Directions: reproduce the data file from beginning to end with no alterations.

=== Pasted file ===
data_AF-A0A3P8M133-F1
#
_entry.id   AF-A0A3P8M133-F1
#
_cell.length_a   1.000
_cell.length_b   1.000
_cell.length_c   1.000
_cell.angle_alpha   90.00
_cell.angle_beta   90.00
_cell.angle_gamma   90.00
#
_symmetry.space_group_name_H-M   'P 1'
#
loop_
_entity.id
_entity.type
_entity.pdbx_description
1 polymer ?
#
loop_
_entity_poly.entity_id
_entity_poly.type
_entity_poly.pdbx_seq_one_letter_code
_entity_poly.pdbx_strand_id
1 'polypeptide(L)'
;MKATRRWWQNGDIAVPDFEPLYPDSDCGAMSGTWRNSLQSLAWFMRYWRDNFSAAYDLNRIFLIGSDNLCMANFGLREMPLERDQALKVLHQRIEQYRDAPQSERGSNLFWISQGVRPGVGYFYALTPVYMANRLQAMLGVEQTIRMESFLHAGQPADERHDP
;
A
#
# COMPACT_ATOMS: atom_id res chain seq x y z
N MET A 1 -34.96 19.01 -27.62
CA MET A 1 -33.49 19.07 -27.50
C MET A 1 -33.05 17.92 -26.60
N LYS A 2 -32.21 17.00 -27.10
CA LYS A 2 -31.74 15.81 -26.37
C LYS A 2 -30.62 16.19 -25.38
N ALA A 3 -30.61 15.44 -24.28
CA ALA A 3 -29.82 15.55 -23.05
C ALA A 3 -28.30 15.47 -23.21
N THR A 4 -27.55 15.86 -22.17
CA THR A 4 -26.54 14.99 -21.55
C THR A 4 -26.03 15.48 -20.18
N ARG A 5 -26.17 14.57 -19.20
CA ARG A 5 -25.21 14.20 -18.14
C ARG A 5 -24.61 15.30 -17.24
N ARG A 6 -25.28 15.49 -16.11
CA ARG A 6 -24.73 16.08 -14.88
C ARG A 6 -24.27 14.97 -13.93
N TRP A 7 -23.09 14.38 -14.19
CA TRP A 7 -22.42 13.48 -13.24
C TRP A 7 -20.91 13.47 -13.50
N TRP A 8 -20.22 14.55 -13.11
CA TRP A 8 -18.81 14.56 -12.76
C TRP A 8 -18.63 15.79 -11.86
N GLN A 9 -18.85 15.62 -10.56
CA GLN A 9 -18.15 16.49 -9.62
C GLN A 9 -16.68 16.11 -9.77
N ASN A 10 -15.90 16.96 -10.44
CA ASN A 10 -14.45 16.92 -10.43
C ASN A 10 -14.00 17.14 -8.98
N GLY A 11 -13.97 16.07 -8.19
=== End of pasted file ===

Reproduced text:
data_AF-A0A3P8M133-F1
#
_entry.id   AF-A0A3P8M133-F1
#
_cell.length_a   1.000
_cell.length_b   1.000
_cell.length_c   1.000
_cell.angle_alpha   90.00
_cell.angle_beta   90.00
_cell.angle_gamma   90.00
#
_symmetry.space_group_name_H-M   'P 1'
#
loop_
_entity.id
_entity.type
_entity.pdbx_description
1 polymer ?
#
loop_
_entity_poly.entity_id
_entity_poly.type
_entity_poly.pdbx_seq_one_letter_code
_entity_poly.pdbx_strand_id
1 'polypeptide(L)'
;MKATRRWWQNGDIAVPDFEPLYPDSDCGAMSGTWRNSLQSLAWFMRYWRDNFSAAYDLNRIFLIGSDNLCMANFGLREMPLERDQALKVLHQRIEQYRDAPQSERGSNLFWISQGVRPGVGYFYALTPVYMANRLQAMLGVEQTIRMESFLHAGQPADERHDP
;
A
#
# COMPACT_ATOMS: atom_id res chain seq x y z
N MET A 1 -34.96 19.01 -27.62
CA MET A 1 -33.49 19.07 -27.50
C MET A 1 -33.05 17.92 -26.60
N LYS A 2 -32.21 17.00 -27.10
CA LYS A 2 -31.74 15.81 -26.37
C LYS A 2 -30.62 16.19 -25.38
N ALA A 3 -30.61 15.44 -24.28
CA ALA A 3 -29.82 15.55 -23.05
C ALA A 3 -28.30 15.47 -23.21
N THR A 4 -27.55 15.86 -22.17
CA THR A 4 -26.54 14.99 -21.55
C THR A 4 -26.03 15.48 -20.18
N ARG A 5 -26.17 14.57 -19.20
CA ARG A 5 -25.21 14.20 -18.14
C ARG A 5 -24.61 15.30 -17.24
N ARG A 6 -25.28 15.49 -16.11
CA ARG A 6 -24.73 16.08 -14.88
C ARG A 6 -24.27 14.97 -13.93
N TRP A 7 -23.09 14.38 -14.19
CA TRP A 7 -22.42 13.48 -13.24
C TRP A 7 -20.91 13.47 -13.50
N TRP A 8 -20.22 14.55 -13.11
CA TRP A 8 -18.81 14.56 -12.76
C TRP A 8 -18.63 15.79 -11.86
N GLN A 9 -18.85 15.62 -10.56
CA GLN A 9 -18.15 16.49 -9.62
C GLN A 9 -16.68 16.11 -9.77
N ASN A 10 -15.90 16.96 -10.44
CA ASN A 10 -14.45 16.92 -10.43
C ASN A 10 -14.00 17.14 -8.98
N GLY A 11 -13.97 16.07 -8.19